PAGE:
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Detection of Epithelial Cell Transfer in Spinal Areas by Light Microscopy and Determining Any Tissue Coring via Cell Culture During Combined Spinal-Epidural Interventions
  1. Yusuf Tunali, M.D.,
  2. Guner Kaya, M.D.,
  3. Gulden Tunali, M.D.,
  4. Seyhun Solakoglu, M.D.,
  5. Sedef Yenice, M.D. and
  6. Mois Bahar, M.D.
  1. From the Department of Anesthesiology and Reanimation, Cerrahpasa Medical Faculty, Istanbul University, Istanbul, Turkey Department of Histology and Embriology, Istanbul Medical Faculty, Istanbul University, Istanbul, Turkey Department of Biochemistry, Florence Nightingale Metropolitan Hospital, Istanbul, Turkey
  1. Reprint requests: Yusuf Tunali, M.D., Istanbul University Cerrahpasa Medical Faculty, Department of Anesthesiology and Reanimation, Istanbul, Turkey. E-mail: ytunali{at}


Background and Objectives: Epithelial tissue coring by spinal needles during subarachnoid injections may cause intraspinal epidermal tumors. Previous studies have investigated tissue transfer with different needle types during subarachnoid or epidural injection. This study deals with the transfer of epithelial tissue during combined spinal-epidural (CSE) anesthesia.

Methods: We studied 68 American Society of Anesthesiologists I to III adult patients. CSE anesthesia was induced under aseptic conditions at the L2-3 or L3-4 interspace with patients in the lateral decubitus position. Cerebral spinal fluid, spinal needle stylet, fluid used to flush the interior of the spinal needle, fluid used to wash the exterior of the spinal needle, fluid used to flush the interior of the epidural needle, and fluid used to wash the exterior tip of the epidural needle were examined under light microscopy (n = 30 patients) or incubated in a cell-culture medium (n = 38 patients). Samples were incubated in cell-culture medium alone (n = 13) or in a cell-culture medium for 3 weeks and then in a medium with epidermal growth factor (n = 25). As a positive control, skin tissue samples were taken by punch biopsy from 10 randomly chosen patients who underwent CSE interventions. These samples were incubated in an enriched medium serum.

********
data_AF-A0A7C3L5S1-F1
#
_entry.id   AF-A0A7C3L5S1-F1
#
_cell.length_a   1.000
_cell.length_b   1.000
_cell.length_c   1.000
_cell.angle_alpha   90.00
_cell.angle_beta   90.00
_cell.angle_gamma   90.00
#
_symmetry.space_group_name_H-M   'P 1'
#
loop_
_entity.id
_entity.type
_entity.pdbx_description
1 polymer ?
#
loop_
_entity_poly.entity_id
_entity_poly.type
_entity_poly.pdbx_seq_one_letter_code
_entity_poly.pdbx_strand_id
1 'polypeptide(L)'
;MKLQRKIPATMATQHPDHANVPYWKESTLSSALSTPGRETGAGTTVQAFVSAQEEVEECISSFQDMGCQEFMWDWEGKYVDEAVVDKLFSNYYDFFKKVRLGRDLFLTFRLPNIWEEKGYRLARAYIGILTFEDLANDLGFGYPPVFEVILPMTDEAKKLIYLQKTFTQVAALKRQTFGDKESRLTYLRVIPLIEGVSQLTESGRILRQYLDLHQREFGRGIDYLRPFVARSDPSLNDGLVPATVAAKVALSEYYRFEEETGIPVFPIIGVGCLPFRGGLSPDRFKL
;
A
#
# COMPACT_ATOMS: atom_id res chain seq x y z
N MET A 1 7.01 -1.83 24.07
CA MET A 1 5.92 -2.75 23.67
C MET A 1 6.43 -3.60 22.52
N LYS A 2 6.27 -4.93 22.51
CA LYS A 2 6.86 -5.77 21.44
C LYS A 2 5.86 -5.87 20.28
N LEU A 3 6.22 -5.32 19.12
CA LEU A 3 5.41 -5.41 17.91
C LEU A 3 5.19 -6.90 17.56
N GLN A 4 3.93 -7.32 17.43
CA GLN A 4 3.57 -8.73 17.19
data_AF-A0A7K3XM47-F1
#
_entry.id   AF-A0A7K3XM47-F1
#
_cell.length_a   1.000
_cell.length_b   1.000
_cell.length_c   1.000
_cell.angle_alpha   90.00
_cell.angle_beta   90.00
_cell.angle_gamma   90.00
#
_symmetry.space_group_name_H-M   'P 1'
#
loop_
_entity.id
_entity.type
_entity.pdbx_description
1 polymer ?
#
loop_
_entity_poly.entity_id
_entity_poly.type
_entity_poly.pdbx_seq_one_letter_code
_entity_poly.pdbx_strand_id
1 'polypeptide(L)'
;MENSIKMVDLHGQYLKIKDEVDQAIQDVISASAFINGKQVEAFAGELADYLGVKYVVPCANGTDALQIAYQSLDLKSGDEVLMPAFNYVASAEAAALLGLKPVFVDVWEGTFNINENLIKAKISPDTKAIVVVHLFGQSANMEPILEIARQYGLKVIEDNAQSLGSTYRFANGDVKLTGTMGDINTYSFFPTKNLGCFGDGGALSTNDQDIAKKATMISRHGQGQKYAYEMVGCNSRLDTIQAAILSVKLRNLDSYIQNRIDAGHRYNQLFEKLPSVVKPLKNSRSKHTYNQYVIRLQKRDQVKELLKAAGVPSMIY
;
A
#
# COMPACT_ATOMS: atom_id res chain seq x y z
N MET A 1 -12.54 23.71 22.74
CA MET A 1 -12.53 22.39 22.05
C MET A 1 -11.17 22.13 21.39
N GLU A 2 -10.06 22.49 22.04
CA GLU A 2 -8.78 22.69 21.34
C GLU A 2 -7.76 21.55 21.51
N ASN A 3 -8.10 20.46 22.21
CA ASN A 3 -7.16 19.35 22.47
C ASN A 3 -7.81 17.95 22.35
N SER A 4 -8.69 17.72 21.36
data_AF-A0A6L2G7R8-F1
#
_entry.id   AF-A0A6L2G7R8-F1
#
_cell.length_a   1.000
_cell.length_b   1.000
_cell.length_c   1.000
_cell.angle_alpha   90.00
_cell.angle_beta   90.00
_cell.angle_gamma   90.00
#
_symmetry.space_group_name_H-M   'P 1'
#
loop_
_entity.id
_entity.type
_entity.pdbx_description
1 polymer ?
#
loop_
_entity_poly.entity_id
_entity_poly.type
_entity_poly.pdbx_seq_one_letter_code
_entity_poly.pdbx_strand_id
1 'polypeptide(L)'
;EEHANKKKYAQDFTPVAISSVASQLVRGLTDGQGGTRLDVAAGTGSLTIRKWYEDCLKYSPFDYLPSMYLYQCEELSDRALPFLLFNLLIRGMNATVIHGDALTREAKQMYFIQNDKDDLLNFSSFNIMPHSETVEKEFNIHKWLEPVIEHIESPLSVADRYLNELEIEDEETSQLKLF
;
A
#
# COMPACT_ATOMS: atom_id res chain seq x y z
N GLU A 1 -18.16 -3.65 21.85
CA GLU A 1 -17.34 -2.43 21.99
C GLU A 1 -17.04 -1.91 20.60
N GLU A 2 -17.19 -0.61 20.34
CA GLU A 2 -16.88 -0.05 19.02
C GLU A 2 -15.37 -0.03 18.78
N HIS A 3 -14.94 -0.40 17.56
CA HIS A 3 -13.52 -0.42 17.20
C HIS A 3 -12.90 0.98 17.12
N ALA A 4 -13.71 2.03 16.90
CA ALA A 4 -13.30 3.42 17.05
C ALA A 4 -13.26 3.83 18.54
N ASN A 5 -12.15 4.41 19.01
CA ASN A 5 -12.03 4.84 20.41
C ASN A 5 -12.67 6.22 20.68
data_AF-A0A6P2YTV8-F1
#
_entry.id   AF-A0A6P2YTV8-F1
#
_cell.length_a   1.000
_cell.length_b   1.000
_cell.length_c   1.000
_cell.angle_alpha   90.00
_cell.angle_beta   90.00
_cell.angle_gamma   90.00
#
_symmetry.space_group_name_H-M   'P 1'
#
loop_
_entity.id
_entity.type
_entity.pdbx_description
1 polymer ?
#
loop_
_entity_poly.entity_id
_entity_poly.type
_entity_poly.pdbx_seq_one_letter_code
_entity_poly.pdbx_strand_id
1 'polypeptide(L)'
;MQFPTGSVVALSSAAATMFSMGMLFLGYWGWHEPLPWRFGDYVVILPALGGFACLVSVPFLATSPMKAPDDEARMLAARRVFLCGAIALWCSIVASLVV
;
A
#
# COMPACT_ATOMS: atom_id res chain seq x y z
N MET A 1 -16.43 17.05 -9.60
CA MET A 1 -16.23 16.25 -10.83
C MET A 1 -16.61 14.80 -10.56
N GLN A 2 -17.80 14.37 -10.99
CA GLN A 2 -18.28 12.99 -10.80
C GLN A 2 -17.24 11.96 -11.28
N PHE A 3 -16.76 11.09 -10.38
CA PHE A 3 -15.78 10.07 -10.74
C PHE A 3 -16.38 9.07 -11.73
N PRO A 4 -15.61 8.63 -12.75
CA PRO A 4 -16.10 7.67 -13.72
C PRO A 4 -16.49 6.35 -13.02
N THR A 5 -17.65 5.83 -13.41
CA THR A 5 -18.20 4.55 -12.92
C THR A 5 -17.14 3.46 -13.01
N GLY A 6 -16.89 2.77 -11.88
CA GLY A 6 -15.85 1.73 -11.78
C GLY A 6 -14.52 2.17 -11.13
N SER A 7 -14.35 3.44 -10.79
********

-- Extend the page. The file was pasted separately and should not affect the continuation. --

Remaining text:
Results: Light microscopy revealed that there was cell transfer in all phases in various rates: samples 1, 2, 3, 4, 5, and 6 contained epithelial cells and debris in ratios of 6.9%, 20.7%, 6.9%, 20.7%, 26.7%, and 33.3%, respectively. Epithelial cell colonization was detected in the cell-culture samples taken from the control group but not in the samples taken from the CSE group.

Conclusions: We could not reproduce the cells or cell debris obtained during the CSE interventions in vivo, which can be explained by a possible structural deformation of cells or the inadequacy of the amount of cells that were transferred.

  • Combined spinal epidural intervention
  • Tissue coring
  • Cell transferring
  • Light microscopy
  • Cell culture

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